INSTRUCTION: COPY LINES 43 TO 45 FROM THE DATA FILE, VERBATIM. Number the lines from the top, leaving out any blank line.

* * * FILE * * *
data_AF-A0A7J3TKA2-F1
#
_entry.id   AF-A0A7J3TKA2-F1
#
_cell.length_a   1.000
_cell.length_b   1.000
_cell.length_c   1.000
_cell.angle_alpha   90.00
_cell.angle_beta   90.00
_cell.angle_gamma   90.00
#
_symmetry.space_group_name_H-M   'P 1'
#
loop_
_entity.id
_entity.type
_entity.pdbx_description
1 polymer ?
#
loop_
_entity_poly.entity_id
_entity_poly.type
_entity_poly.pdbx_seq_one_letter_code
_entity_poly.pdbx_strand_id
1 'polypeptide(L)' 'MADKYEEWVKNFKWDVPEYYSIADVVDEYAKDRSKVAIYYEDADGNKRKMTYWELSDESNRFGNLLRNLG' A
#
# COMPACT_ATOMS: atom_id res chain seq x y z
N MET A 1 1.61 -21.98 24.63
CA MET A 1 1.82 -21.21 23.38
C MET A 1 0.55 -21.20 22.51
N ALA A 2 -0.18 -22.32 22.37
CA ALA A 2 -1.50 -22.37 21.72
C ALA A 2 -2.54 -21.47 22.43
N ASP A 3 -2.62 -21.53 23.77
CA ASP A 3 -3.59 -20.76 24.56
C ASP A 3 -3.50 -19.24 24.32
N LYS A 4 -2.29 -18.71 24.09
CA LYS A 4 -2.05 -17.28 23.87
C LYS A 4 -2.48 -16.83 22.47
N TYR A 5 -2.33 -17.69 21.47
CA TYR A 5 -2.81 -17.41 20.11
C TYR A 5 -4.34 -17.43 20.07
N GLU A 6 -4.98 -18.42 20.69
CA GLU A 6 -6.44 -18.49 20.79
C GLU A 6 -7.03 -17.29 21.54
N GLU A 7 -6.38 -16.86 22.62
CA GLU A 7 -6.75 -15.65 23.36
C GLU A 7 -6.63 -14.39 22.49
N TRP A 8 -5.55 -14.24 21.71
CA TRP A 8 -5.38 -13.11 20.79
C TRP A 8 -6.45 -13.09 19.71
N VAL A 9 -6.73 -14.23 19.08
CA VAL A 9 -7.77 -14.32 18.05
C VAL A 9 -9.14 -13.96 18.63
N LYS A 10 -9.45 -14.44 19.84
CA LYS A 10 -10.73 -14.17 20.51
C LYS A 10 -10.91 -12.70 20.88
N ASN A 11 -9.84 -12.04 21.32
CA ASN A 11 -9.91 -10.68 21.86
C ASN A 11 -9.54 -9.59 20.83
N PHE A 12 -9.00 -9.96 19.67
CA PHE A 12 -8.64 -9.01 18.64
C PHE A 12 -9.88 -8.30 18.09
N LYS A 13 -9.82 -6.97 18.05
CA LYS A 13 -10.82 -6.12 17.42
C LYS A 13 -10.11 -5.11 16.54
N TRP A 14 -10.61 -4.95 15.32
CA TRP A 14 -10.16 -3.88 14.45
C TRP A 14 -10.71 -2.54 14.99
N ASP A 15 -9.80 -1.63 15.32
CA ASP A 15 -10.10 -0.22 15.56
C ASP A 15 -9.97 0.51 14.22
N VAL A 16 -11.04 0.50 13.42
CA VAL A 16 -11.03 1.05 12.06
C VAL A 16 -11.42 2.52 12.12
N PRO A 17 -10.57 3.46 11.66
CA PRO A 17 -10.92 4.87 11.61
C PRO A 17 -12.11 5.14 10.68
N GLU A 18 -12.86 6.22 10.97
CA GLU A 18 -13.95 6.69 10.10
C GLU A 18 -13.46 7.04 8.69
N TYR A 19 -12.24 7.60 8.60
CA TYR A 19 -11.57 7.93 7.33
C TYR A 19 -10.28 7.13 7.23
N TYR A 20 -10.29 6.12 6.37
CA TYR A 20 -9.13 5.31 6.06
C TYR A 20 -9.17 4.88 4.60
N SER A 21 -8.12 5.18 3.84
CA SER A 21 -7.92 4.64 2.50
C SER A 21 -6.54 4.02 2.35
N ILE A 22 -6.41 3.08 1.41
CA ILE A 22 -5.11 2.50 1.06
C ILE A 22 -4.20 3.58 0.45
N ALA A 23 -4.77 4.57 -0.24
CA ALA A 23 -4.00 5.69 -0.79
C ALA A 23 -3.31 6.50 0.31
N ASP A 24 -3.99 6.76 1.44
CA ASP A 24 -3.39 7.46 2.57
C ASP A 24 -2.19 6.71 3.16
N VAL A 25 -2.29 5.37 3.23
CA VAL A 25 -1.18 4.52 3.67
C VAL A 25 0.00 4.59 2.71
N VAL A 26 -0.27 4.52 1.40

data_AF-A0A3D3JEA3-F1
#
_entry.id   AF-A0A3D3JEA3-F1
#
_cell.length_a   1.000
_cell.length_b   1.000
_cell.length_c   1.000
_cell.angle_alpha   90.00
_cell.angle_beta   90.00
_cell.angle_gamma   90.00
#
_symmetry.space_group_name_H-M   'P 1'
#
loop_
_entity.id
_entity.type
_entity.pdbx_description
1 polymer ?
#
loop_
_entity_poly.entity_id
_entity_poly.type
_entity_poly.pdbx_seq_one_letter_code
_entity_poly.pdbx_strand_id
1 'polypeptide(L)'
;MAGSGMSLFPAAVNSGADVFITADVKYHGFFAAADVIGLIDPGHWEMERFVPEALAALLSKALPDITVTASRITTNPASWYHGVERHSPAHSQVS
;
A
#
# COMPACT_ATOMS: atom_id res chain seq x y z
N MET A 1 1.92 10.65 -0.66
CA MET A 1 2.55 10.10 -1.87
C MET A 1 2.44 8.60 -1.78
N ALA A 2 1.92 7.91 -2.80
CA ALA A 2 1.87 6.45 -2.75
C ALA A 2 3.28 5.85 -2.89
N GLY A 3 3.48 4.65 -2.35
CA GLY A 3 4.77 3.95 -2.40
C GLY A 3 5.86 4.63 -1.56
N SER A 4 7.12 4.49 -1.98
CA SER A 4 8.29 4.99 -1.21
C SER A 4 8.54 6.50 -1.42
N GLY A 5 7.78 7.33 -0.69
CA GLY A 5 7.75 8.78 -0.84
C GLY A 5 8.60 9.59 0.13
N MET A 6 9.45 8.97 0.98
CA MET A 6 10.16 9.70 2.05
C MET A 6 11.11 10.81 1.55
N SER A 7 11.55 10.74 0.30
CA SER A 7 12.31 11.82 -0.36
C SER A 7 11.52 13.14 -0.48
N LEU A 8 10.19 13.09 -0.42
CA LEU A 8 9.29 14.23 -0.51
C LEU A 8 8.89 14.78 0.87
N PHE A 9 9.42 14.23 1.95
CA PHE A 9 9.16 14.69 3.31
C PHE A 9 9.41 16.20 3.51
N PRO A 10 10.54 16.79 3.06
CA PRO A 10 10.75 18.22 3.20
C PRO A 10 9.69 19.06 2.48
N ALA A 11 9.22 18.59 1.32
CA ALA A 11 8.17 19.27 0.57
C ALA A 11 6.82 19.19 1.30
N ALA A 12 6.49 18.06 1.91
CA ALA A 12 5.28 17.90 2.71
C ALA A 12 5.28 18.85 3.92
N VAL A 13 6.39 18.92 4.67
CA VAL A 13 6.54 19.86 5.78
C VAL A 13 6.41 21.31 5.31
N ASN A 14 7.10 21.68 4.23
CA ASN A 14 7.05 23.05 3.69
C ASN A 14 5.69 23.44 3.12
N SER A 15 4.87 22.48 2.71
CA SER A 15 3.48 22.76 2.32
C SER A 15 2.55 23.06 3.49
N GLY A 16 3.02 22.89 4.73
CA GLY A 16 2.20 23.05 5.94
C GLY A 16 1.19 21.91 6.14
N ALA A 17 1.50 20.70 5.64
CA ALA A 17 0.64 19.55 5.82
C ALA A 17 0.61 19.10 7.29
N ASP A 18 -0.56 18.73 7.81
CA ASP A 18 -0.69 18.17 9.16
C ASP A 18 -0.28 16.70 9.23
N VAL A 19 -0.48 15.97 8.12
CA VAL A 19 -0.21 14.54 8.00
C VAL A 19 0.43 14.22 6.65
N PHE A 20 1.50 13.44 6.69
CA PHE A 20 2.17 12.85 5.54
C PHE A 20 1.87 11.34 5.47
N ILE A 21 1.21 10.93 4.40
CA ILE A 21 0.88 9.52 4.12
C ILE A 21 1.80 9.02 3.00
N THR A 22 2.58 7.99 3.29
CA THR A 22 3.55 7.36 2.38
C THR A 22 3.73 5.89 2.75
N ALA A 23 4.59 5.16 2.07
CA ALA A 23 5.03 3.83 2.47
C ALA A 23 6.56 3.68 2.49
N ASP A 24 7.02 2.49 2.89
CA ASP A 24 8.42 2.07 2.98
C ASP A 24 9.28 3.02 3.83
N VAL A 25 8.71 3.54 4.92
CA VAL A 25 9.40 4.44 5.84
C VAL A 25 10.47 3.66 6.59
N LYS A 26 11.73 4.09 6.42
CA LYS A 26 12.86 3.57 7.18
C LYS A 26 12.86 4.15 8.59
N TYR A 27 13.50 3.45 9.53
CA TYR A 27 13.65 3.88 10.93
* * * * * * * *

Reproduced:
N GLU A 6 -4.98 -18.42 20.69
CA GLU A 6 -6.44 -18.49 20.79
C GLU A 6 -7.03 -17.29 21.54